tue 21/11/2017

Laetitia Sadier Source Ensemble, Green Door Store, Brighton | reviews, news & interviews

Laetitia Sadier Source Ensemble, Green Door Store, Brighton

Laetitia Sadier Source Ensemble, Green Door Store, Brighton

Ex-Stereolab artiste hits the stage late but still impresses

Mlle Saedier, second from left, leads the troupe

Perhaps most famous as the singer in seminal Nineties art-pop band Stereolab, Laetitia Sadier has worked hard in recent years to establish herself as a solo artist in her own right through a series of well-received avant-muzak albums, including this year’s Finding Me Finding You. She has not been to Brighton since 2014 that visit had one audience member describing them as “God’s in-house band”  and the gig is a near sell-out, with a sea of happy faces awaiting the bands.

The stage of the Green Door Store is decked out in golden sequined fabric for Batsch, a self-described “groove-orientated dance-pop” band. Tight, jaunty drum beats and synth drones permeate the set and, coupled with some accessible art-rock melodies crooned out by the singer, they are almost reminiscent of early Hot Chip, Metronomy’s latest album, or anything on the DFA roster. Batsch’s songs are also peppered with Sadier-style quirks, like cowbells and high, meandering basslines. Perhaps this explains why their set is received so well by the bopping audience.

It quickly becomes clear that the Laetitia Sadier Source Ensemble are a band of virtuosos

By the time Laetitia Sadier and co make it to the stage, the gig is running 40 minutes late, yet the audience is instantly pacified and on-side thanks to the sheer friendliness of the band. They settle into their positions and launch into the triumphant “Find Me the Pulse of the Universe”, with Sadier’s signature upside-down guitar helping each section blossom with warmth. It quickly becomes clear that the Laetitia Sadier Source Ensemble are a band of virtuosos.

Sadier’s voice is beautifully clear and high, and she uses it to outstanding effect  not only are her melodies gorgeous and her tone consistently bittersweet, but the swelling backing vocals that phase themselves in and out throughout are inflated by her inspired vocalisations over the top.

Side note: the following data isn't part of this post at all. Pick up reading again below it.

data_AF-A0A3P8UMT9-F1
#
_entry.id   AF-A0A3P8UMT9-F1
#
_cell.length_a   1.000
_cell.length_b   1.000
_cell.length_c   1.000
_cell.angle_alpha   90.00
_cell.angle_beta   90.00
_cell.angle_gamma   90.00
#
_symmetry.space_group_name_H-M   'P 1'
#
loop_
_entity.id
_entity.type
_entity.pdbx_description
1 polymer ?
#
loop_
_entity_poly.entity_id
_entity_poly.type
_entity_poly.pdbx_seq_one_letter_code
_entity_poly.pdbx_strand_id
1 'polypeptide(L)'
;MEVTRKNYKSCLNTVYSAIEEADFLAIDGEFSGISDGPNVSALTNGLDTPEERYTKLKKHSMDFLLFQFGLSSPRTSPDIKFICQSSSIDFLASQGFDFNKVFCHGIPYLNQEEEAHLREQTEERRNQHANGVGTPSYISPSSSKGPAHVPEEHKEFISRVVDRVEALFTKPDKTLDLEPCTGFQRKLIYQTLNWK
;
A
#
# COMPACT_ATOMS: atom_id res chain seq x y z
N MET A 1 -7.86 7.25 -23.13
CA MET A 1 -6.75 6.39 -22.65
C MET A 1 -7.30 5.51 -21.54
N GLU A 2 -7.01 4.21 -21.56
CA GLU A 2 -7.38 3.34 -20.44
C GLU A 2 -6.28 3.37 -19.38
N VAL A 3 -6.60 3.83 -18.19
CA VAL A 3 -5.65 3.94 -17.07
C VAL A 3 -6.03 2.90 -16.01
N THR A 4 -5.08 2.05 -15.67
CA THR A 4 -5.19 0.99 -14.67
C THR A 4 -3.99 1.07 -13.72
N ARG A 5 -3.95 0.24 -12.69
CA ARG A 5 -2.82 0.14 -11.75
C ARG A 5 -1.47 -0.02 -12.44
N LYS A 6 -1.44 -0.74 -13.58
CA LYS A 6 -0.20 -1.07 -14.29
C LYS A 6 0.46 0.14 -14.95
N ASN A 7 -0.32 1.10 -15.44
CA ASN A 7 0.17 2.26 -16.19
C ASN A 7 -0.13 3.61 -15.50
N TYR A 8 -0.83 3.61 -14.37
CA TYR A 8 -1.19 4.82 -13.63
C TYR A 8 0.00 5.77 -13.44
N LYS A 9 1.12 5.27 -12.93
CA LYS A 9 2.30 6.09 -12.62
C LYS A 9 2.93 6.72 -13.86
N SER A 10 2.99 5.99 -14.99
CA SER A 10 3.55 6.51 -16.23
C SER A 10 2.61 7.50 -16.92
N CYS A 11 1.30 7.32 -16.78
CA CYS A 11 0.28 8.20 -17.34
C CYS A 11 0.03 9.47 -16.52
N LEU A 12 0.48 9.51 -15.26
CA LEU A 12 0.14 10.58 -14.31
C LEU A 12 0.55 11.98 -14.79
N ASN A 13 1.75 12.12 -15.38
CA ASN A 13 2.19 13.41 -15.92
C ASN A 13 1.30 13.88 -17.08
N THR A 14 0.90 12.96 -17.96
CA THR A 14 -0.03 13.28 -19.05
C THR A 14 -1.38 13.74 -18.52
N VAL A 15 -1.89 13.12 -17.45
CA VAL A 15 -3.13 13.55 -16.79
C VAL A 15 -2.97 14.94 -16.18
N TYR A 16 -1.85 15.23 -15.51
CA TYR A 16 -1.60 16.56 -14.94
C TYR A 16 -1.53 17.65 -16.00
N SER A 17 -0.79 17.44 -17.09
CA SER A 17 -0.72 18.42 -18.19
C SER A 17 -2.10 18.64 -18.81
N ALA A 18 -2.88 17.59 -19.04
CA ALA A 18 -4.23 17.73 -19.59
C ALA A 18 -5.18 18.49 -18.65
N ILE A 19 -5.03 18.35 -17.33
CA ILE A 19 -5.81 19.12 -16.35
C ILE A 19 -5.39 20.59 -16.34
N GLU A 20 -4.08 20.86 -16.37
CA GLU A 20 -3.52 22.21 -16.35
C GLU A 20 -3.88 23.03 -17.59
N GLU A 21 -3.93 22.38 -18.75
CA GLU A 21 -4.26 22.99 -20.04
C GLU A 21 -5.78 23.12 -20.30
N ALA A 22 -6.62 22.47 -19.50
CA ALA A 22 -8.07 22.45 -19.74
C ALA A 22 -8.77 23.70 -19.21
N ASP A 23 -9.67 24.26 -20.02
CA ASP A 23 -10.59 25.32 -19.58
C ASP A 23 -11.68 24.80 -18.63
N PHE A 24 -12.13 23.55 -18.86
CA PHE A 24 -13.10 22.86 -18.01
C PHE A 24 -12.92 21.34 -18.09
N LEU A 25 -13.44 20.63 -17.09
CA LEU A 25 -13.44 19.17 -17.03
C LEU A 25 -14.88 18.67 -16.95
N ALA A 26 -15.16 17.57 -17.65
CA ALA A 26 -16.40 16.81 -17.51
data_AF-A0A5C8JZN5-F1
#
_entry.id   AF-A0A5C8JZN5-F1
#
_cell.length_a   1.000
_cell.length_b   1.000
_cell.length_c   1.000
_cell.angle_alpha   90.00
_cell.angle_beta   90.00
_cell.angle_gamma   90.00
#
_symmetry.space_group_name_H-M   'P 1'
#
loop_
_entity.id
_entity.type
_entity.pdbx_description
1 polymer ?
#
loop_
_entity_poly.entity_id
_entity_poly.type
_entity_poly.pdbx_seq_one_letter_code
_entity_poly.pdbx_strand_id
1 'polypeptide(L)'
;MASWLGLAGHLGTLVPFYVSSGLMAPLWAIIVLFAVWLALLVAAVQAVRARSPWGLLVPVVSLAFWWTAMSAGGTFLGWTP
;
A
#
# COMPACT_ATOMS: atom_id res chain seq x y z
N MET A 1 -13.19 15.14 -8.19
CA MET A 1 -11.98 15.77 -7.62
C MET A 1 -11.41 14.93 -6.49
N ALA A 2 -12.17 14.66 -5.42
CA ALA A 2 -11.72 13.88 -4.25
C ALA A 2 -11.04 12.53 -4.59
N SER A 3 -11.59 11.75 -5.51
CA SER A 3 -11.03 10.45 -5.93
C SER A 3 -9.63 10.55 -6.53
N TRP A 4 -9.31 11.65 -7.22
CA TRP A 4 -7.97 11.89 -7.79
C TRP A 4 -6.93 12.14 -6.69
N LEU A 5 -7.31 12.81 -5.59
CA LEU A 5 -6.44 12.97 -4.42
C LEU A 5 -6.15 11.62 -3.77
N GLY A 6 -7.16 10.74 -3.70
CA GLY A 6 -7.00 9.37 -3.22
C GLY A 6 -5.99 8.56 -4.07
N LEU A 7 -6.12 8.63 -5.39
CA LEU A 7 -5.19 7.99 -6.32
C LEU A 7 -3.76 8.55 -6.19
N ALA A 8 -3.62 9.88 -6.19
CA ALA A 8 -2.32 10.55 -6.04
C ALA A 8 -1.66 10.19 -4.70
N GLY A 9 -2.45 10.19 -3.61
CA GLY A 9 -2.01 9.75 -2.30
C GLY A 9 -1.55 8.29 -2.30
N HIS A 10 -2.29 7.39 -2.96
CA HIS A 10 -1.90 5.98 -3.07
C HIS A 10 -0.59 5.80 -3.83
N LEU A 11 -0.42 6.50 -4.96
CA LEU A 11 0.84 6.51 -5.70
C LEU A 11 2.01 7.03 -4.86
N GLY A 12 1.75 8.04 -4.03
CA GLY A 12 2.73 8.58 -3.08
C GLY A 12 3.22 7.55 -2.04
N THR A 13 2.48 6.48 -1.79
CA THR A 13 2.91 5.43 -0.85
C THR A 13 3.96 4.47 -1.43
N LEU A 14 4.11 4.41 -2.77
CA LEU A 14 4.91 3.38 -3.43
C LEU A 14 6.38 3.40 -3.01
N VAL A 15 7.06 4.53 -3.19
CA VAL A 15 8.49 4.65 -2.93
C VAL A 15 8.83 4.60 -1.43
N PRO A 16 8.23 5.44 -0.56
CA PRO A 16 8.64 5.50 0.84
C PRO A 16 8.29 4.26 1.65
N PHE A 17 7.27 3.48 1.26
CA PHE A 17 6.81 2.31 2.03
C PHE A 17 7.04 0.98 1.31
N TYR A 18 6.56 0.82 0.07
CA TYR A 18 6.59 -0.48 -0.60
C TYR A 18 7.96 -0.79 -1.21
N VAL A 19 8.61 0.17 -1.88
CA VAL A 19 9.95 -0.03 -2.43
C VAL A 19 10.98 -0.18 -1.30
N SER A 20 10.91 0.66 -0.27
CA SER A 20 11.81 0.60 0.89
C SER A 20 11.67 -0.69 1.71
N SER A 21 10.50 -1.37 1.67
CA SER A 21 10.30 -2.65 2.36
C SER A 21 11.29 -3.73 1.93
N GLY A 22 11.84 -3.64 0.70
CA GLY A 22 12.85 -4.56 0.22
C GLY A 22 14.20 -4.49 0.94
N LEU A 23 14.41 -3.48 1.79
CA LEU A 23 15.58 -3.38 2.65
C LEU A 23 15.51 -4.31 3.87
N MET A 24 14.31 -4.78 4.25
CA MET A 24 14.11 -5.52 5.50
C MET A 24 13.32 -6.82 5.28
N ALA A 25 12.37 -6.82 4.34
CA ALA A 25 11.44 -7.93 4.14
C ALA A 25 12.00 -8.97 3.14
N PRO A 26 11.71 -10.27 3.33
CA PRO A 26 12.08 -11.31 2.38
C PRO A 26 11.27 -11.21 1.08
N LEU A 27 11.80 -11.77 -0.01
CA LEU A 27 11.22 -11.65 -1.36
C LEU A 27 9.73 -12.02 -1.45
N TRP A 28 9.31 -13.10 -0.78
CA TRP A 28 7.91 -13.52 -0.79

Each musician also takes a turn in the spotlight. During “The Woman with the Invisible Necklace”, the combination of Emmanuel Mario’s intricate bongos and Xavi Muñoz’s wandering bass refrains establishes the rhythm section as a force to be reckoned with, something built upon through the power and mesmerism of their parts in the standout “Then I Will Love You Again”. Synth player Nina Savary (“the newest member of our family”) adds waves of washy synth-strings, retro organs, and flutes to the already bursting sound. What’s most impressive of all is how each individual’s detailed part never overshadows another. You’d be hard pressed to find a more well-balanced live band.

Through lost iPads, unplugged speakers, and malfunctioning loop machines, Sadier remains not only calm but also thoroughly likeable. The only moment she seems vaguely rattled is when an enthusiastic audience member calls for Stereolab staple “French Disko”. She refuses, and the audience laugh. “The present,” she calls back, “the present, the present, the now!” Indeed, when the music she’s making is so pleasing, there doesn’t seem any need for her to reach too far back into her 20-plus year career for material.

Perhaps an overheard conversation summed it up best, when one gig-goer said to another, “It’s all about their vibe”: the Laetitia Sadier Source Ensemble have no shortage of that.

Watch the video for "Galactic Emergence" by Laetitia Sadier Source Ensemble

 

Through lost iPads, unplugged speakers, and malfunctioning loop machines, Sadier remains not only calm but also thoroughly likeable

rating

Editor Rating: 
4
Average: 4 (1 vote)

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